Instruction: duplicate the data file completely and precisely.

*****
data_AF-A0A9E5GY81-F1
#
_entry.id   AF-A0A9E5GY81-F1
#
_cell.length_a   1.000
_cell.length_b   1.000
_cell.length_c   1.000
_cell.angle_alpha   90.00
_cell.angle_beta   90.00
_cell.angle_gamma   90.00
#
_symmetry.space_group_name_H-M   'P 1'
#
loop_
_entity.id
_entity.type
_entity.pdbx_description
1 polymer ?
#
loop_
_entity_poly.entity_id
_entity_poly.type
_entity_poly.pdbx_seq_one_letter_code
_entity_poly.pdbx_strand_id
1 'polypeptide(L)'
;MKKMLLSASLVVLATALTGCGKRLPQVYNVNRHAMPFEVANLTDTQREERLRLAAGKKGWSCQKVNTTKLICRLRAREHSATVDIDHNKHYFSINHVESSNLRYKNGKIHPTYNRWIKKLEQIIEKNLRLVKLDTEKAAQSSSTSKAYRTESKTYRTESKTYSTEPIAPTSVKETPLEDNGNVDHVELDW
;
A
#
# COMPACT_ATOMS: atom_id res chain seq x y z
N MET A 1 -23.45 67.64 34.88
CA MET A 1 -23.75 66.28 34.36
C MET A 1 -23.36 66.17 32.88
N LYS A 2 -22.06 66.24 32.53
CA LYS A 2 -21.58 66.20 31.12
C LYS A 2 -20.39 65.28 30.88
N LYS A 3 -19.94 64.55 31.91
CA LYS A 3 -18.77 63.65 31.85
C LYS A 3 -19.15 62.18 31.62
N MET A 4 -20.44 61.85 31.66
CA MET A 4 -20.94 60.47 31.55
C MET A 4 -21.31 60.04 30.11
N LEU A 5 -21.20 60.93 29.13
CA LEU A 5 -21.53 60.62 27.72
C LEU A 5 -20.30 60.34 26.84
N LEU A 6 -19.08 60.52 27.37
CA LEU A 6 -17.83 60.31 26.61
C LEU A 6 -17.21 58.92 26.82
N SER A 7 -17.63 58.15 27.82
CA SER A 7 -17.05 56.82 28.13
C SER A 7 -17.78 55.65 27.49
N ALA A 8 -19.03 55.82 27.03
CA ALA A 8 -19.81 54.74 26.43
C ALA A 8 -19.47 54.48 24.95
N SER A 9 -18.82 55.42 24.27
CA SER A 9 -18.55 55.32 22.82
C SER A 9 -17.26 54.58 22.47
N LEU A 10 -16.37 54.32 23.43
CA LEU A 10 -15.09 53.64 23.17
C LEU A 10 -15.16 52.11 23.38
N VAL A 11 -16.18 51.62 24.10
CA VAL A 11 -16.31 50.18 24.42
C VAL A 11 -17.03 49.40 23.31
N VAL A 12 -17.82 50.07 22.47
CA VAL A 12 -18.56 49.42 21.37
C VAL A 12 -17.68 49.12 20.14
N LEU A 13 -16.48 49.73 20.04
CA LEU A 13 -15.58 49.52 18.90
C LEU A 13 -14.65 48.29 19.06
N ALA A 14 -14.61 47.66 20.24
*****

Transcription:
data_AF-A0A9E5GY81-F1
#
_entry.id   AF-A0A9E5GY81-F1
#
_cell.length_a   1.000
_cell.length_b   1.000
_cell.length_c   1.000
_cell.angle_alpha   90.00
_cell.angle_beta   90.00
_cell.angle_gamma   90.00
#
_symmetry.space_group_name_H-M   'P 1'
#
loop_
_entity.id
_entity.type
_entity.pdbx_description
1 polymer ?
#
loop_
_entity_poly.entity_id
_entity_poly.type
_entity_poly.pdbx_seq_one_letter_code
_entity_poly.pdbx_strand_id
1 'polypeptide(L)'
;MKKMLLSASLVVLATALTGCGKRLPQVYNVNRHAMPFEVANLTDTQREERLRLAAGKKGWSCQKVNTTKLICRLRAREHSATVDIDHNKHYFSINHVESSNLRYKNGKIHPTYNRWIKKLEQIIEKNLRLVKLDTEKAAQSSSTSKAYRTESKTYRTESKTYSTEPIAPTSVKETPLEDNGNVDHVELDW
;
A
#
# COMPACT_ATOMS: atom_id res chain seq x y z
N MET A 1 -23.45 67.64 34.88
CA MET A 1 -23.75 66.28 34.36
C MET A 1 -23.36 66.17 32.88
N LYS A 2 -22.06 66.24 32.53
CA LYS A 2 -21.58 66.20 31.12
C LYS A 2 -20.39 65.28 30.88
N LYS A 3 -19.94 64.55 31.91
CA LYS A 3 -18.77 63.65 31.85
C LYS A 3 -19.15 62.18 31.62
N MET A 4 -20.44 61.85 31.66
CA MET A 4 -20.94 60.47 31.55
C MET A 4 -21.31 60.04 30.11
N LEU A 5 -21.20 60.93 29.13
CA LEU A 5 -21.53 60.62 27.72
C LEU A 5 -20.30 60.34 26.84
N LEU A 6 -19.08 60.52 27.37
CA LEU A 6 -17.83 60.31 26.61
C LEU A 6 -17.21 58.92 26.82
N SER A 7 -17.63 58.15 27.82
CA SER A 7 -17.05 56.82 28.13
C SER A 7 -17.78 55.65 27.49
N ALA A 8 -19.03 55.82 27.03
CA ALA A 8 -19.81 54.74 26.43
C ALA A 8 -19.47 54.48 24.95
N SER A 9 -18.82 55.42 24.27
CA SER A 9 -18.55 55.32 22.82
C SER A 9 -17.26 54.58 22.47
N LEU A 10 -16.37 54.32 23.43
CA LEU A 10 -15.09 53.64 23.17
C LEU A 10 -15.16 52.11 23.38
N VAL A 11 -16.18 51.62 24.10
CA VAL A 11 -16.31 50.18 24.42
C VAL A 11 -17.03 49.40 23.31
N VAL A 12 -17.82 50.07 22.47
CA VAL A 12 -18.56 49.42 21.37
C VAL A 12 -17.68 49.12 20.14
N LEU A 13 -16.48 49.73 20.04
CA LEU A 13 -15.58 49.52 18.90
C LEU A 13 -14.65 48.29 19.06
N ALA A 14 -14.61 47.66 20.24